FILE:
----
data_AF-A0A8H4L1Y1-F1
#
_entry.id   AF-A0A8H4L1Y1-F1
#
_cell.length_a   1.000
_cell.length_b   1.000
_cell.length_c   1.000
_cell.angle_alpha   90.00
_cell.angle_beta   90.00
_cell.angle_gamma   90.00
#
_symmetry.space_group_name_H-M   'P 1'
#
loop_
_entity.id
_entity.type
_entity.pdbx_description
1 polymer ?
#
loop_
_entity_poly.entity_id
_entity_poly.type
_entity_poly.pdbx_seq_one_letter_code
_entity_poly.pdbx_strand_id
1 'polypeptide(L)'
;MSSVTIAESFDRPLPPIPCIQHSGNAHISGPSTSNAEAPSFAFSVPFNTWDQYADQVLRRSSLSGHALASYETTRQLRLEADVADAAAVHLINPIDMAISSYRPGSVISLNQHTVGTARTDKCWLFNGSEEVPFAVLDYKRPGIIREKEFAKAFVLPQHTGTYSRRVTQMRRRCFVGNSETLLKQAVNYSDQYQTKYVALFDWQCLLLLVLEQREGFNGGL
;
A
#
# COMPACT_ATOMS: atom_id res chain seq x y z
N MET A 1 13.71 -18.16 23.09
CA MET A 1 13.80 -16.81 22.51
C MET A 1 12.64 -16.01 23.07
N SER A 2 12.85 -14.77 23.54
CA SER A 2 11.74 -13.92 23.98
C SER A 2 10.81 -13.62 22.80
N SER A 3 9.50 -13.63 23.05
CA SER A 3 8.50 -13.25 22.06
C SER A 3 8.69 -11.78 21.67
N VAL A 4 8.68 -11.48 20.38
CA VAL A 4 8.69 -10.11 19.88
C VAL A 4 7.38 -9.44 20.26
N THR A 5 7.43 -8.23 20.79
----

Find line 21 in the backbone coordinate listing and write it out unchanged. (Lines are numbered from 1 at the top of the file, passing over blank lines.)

_entity_poly.entity_id